@DC_Police #TEDxExeter we need to prioritise & embed social & emotional learning into education-UK has seen 300% increase in self-harm in last 10 yrs!
@InspCostin At HQ #TEDxExeter event. Great quote ‘labels inhibit ability to create new identity and new narratives’. So true.
@RuralOfficers Great to meet our colleagues from Dorset police at the coffee break #TEDxExeter #police
@DC_Police #TEDxExeter amazing & inspirational talks – Jenny Sealey asks ‘why are deaf & disabled people considered second class citizens’ – yes, why?
@DC_Police #TEDxExeter Sara Hyde talks about prison-what is justice-are we willing to talk about lives behind people in prison
@RuralOfficers Have found today very inspirational, thank you. Good luck to the London marathon Harry Baker #TEDxExeter
@tanyacroft1 Fantastic day – thank you to all the #TEDxExeter speakers – I need to digest it all over the weekend now!
@DC_Police the end of a fantastic day of inspirational talks- ‘taking the long view’ – together we CAN make a difference – thank you #TEDxExeter!
And a nice response from the Twittersphere…
@WolfClose @DC_Police how great to see that you are engaging with #TEDxExeter Are you working with relational justice? It’s eye opening set of talks
At St Peter’s School…
@PLHexeter Loved TEDxExeter today. @TEDxExeter can we use the Before I Die boards in Heavitree Pleasure Ground?
At St Loye’s Foundation…
@stloyes W were delighted to have been 1 of 5 organisations who had a live feed to the recent @TEDxExeter conference #Exeter
And on the interwebs…
@JhenArlo Production Team TEDxExeter! These guys are so professional! My mum and grands watched from St Lucia- clear as a bell!
@WolfClose #TEDxExeter we all have the power to influence education. We must find ways to do so. Powerful speakers. Thanks for the live stream.
@Alice_Hutchings Thought- provoking talks this morning from #TEDxExeter by livestream
@friendlyseagull @TEDxExeter Thank you for the live stream!
Congratulations to Scilla Elworthy, whose talk on “Fighting with nonviolence” has now been watched more than 1 million times on TED.com!
“How do you deal with a bully without becoming a thug? In this wise and soulful talk, peace activist Scilla Elworthy maps out the skills we need — as nations and individuals — to fight extreme force without using force in return. To answer the question of why and how nonviolence works, she evokes historical heroes — Aung San Suu Kyi, Mahatma Gandhi, Nelson Mandela — and the personal philosophies that powered their peaceful protests.”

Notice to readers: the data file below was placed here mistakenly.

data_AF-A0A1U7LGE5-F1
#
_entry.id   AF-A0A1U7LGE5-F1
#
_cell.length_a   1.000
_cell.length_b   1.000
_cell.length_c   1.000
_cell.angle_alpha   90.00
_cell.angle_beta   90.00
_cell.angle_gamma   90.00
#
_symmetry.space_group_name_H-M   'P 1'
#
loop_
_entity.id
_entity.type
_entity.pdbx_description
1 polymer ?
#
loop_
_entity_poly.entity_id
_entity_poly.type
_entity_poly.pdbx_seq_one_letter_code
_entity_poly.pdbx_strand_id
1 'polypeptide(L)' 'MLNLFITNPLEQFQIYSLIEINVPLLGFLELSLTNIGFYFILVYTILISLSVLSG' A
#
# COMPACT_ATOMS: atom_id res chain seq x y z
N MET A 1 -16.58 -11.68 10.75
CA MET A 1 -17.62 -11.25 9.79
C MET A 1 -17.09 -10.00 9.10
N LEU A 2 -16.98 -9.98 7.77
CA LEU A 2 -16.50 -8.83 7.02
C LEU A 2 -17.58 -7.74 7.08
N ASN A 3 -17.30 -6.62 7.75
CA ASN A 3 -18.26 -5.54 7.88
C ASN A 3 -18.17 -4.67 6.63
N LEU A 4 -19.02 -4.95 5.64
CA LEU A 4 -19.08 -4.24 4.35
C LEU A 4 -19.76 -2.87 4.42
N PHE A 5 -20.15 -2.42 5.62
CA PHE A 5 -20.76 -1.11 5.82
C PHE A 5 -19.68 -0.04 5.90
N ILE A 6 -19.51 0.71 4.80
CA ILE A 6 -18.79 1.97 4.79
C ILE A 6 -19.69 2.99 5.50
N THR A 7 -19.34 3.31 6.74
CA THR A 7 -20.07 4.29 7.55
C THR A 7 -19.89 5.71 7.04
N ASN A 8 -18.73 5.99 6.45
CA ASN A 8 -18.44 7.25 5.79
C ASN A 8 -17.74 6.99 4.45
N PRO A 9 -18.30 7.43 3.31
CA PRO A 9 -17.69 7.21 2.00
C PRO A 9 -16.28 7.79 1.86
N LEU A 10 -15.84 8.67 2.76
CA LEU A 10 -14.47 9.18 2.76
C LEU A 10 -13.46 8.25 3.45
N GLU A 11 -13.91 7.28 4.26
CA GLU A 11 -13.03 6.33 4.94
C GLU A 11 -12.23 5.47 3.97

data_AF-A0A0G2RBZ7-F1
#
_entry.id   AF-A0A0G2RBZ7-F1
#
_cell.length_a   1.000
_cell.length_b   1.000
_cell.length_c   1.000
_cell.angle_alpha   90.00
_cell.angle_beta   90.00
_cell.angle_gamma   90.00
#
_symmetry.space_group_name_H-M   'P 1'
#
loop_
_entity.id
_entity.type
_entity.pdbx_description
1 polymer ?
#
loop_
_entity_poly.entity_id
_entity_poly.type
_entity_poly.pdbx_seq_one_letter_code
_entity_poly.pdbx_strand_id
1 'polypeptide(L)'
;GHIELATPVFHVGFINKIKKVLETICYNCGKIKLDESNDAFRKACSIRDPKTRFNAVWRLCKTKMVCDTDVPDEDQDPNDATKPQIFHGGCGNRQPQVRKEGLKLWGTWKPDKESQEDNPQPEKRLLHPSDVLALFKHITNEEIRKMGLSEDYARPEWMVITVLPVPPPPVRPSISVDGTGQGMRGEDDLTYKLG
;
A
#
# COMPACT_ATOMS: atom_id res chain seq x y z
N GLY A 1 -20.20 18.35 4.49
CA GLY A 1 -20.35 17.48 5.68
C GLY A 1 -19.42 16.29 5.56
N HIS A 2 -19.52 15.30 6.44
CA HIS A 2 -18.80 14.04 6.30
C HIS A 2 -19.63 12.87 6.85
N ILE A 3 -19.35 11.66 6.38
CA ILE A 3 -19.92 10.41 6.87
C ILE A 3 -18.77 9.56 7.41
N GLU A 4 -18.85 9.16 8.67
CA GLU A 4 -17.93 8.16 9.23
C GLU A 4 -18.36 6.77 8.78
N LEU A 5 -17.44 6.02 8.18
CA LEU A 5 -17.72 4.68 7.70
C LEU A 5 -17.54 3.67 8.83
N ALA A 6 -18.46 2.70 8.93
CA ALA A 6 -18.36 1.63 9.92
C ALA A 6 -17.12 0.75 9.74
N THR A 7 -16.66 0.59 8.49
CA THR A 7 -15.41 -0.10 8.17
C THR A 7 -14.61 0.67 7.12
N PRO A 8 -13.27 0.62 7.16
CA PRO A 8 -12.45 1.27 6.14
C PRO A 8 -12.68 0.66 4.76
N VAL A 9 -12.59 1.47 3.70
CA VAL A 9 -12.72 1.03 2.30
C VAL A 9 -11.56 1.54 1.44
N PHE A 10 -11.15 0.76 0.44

Subtitles are available in 31 languages, including Arabic, Chinese, Hebrew, Persian, several Far East and Southeast Asian, and many European languages.
Also, at the time of writing,
- Karima Bennoune’s talk on “When people of Muslim heritage challenge fundamentalism” has been watched 1,279,000 times, with subtitles available in 23 languages
- Harry Baker’s “A love poem for lonely prime numbers” 785,000 times, with subtitles in 9 languages [how do they do that?!]
- and Bandi Mbubi’s impassioned plea to “Demand a fair trade cell phone” 520,000 times, with subtitles in 28 languages.
The videos of the talks at TEDxExeter are just being finalised before being uploaded. We hope they’ll be available in about a week.
Images by James Millar. More photos are available in the full set on Flickr. The images can be downloaded under Creative Commons, but they still require acknowledgement using either of the following: © James Millar/TEDxExeter or Images by James Millar.
We’ve had a number of articles in Exeter Living and the Express and Echo this spring, about some of our speakers in the run up to TEDxExeter 2015 and reporting on the event. You can download the pdfs here:
- It’s All Talk, Exeter Living, Issue 174, Spring 2015, pp.42-44
- Gallery: TEDxExeter conference inspires people around the world, Express and Echo, 26 April 2015
- TEDxExeter speaker Jenny Sealey challenges perceptions of disability (at Stephens Scown dinner), Express and Echo, 23 April 2015
- Sold out TEDxExeter to stream live (featuring Matthew Owen), Express and Echo, 18 April 2015
- Beth to give her all at TEDxExeter talk, Express and Echo, 7 April 2015
- TEDxExeter to examine why 500,000 children go to school too hungry to learn, Express and Echo, 3 April 2015